Procol Harum

the Pale

PH on stage | PH on record | PH in print | BtP features | What's new | Interact with BtP | For sale | Site search | Home

From 'Crossroads: the Life and Music of Eric Clapton'

Brooker : part one

From Crossroads The Life and Music of Eric Clapton by Michael Schumacher, NY, Hyperion Books, 1995

Page 212
"He [Clapton] was by no means alone in the pleasure he derived from playing small, unannounced gigs. In the era of big-buck recording and touring, most high-profile artists fantasized about returning to the days of their youth, when expectations weren't as high and they could play for the pure joy of it. Gary Brooker, keyboard player for Procol Harem [sic], was one such musician, and he addressed the issue by opening the Parrot Inn ... Brooker held regular blues jams at the pub and turned the profits over to charity. When Clapton heard about these gigs, he became a regular in the group of musicians calling themselves the Parrot Band. As pleasurable as these informal performances were, they had a practical side as well, leading to professional contacts that spilled over into other projects. Saxophonist Mel Collins, a pub regular, would be invited to play on Clapton's next album, Slowhand, and Brooker would become Clapton's keyboardist within a couple of years ... "

Page 238-39:
" ... His two shows in the Budokan Theater in Tokyo were recorded in their entirety, with the December 3, 1979, performance being issued in May 1980 as Just One Night ... Just One Night revealed Clapton's all-English band to be a talented, technically refined unit, adept at handling the framework of Clapton's music but not especially creative when it came to improvising or breaking new ground. This was all the more evident when Clapton, with Glyn Johns at the production helm, tried to put together his first studio album with the group. By all rights the situation should have been ideal. To beef up his sound and add another creative force to the band, Clapton had invited the prodigiously talented Procol Harem [sic] keyboardist and songwriter Gary Brooker into his group, giving him a two- keyboard configuration similar to what had been successful in The Band.

Still, for reasons no one could quite understand, Clapton and his band couldn't jell in the studio. For a change, Clapton had a wealth of new material to consider, including a number of Brooker originals to complement what Clapton himself had written, but the songs, when recorded, sounded languid even by Clapton's laid-back standards. To a large extent, Clapton had only himself to blame. He was the band's leader, but he was reluctant to push his musicians in the studio. If anything, he needed motivation to rise above his own natural tendencies toward laziness. Yet, as he would later lament, his band took its cues from him, and the more he laid back, the more they followed suit. In all, the group recorded thirteen songs over a two-month period, including numbers with Gary Brooker and Albert Lee on lead vocals, but the album, when played to RSO executives, was rejected outright as being too eclectic. RSO wanted a hit and something with the Clapton stamp on it. As it stood, the proposed album had far too much of Brooker's influence for the record executives' tastes.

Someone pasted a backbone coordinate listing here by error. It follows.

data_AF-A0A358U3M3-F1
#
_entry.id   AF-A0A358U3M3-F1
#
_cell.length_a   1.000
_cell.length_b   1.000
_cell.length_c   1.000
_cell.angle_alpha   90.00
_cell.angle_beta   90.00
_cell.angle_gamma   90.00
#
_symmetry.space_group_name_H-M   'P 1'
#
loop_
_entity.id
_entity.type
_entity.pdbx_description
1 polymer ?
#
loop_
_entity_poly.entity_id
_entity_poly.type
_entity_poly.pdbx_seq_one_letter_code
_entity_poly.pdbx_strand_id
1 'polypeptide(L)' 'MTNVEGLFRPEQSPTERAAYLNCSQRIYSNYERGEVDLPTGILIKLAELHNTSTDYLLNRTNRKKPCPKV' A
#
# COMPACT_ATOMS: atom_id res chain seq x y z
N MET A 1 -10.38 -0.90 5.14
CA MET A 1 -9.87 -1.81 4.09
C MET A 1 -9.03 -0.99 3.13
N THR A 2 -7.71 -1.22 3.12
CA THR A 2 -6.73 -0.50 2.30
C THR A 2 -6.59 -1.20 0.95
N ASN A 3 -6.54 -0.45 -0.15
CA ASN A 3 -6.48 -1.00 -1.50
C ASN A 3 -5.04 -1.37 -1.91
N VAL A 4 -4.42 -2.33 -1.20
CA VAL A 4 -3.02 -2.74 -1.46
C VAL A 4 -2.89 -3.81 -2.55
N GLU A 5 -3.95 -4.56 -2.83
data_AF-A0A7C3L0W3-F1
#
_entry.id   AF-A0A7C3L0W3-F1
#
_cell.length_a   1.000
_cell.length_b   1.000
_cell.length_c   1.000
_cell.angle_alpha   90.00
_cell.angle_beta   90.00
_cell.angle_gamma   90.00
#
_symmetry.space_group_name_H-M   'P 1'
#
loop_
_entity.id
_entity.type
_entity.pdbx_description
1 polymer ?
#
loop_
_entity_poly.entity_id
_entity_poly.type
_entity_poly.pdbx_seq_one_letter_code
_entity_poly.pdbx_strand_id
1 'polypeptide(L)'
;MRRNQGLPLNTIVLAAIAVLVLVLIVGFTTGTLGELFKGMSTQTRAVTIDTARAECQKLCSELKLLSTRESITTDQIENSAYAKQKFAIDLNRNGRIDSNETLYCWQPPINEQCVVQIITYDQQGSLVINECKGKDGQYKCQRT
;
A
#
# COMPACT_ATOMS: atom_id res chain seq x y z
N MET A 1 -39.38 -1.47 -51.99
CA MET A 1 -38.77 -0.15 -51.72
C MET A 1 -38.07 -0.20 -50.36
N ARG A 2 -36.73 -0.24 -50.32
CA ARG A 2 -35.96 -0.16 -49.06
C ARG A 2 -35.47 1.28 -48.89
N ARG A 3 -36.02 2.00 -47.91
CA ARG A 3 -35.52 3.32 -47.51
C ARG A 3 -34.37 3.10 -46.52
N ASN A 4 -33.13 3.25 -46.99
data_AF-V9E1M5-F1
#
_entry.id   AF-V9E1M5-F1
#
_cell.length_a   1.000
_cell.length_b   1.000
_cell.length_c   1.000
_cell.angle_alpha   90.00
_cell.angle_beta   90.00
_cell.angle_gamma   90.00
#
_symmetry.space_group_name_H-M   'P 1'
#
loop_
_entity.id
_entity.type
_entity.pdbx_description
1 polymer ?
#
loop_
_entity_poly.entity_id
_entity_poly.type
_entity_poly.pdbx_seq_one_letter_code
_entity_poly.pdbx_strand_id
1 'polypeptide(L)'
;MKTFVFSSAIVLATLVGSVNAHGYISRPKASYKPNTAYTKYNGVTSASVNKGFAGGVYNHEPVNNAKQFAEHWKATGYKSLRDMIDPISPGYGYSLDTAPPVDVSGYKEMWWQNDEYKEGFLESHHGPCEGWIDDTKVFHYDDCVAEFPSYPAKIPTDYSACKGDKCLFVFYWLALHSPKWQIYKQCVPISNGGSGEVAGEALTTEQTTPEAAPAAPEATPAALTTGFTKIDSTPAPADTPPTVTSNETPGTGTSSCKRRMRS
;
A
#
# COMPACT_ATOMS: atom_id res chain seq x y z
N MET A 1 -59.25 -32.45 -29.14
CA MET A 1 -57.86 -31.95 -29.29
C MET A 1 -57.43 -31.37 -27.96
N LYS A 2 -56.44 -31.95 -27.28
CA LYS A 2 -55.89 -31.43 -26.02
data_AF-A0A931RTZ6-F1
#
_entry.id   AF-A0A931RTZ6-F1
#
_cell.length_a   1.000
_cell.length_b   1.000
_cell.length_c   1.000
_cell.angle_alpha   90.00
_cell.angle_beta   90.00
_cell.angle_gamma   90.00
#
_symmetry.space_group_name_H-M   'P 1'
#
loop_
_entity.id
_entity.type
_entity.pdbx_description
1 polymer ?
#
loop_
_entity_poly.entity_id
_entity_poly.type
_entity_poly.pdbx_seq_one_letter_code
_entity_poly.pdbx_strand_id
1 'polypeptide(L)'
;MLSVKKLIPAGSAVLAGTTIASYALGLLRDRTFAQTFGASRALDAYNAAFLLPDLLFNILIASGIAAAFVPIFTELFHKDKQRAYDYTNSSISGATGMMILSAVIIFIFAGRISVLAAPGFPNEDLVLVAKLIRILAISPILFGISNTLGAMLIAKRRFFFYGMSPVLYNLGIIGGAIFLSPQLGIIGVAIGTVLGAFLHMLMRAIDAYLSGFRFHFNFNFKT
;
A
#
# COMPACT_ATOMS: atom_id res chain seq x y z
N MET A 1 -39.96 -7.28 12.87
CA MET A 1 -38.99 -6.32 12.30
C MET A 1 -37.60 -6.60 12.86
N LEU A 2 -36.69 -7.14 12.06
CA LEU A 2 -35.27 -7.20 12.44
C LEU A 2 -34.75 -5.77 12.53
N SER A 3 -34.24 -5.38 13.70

The rejection was painful to Clapton, who was already suffering from an extended period of self- doubt. His heavy use of alcohol now a bottle of brandy a day often dumped him in a state of moody introspection, where he would become tearful about what he considered his failures or
inadequacies ... For diversion he attended soccer games or hung out with Gary Brooker and other friends, but the inner demons always managed to return. The rejection of his latest studio effort seemed to confirm his suspicions ...

... Temporary relief arrived from an unexpected source. Tom Dowd, Clapton's former producer and mentor, was presently available to work with Clapton, and he invited Eric and his band to join him for recording sessions at the Compass Point Studios in Nassau. The change of recording venues, along with Dowd's patience and guidance, helped a great deal. ... The resulting album, Another Ticket, was an honest, admirable effort, even if it wasn't another Layla or 461 Ocean Boulevard ... "

[While on the road in the US, Clapton was diagnosed with life threatening ulcers and hospitalized for a month]

" ... Upon his April 17 release from the hospital, he decided to take a brief vacation in Seattle. One of his passions, cultivated as a result of his
friendship with Gary Brooker, was fly fishing, and Clapton reasoned that a restful fishing trip would be good therapy. This might have been true, had his luck been running better, but as it was, he had no sooner set foot in Seattle than he was on his way back to the hospital, this time to recover from injuries sustained in an automobile accident ... During their examination of Clapton, doctors also determined that Eric was suffering from pleurisy, and that one of his lungs was partially closed ... He would be out of circulation for five months.."

[But even without a tour to support it, Another Ticket was a hit especially the single I Can't Stand It. Afterwards, Clapton changed labels, and entered Hazelden Clinic for his alcoholism].


You can order this book from Amazon UK

More Clapton and Brooker excerpts

PH on stage | PH on record | PH in print | BtP features | What's new | Interact with BtP | For sale | Site search | Home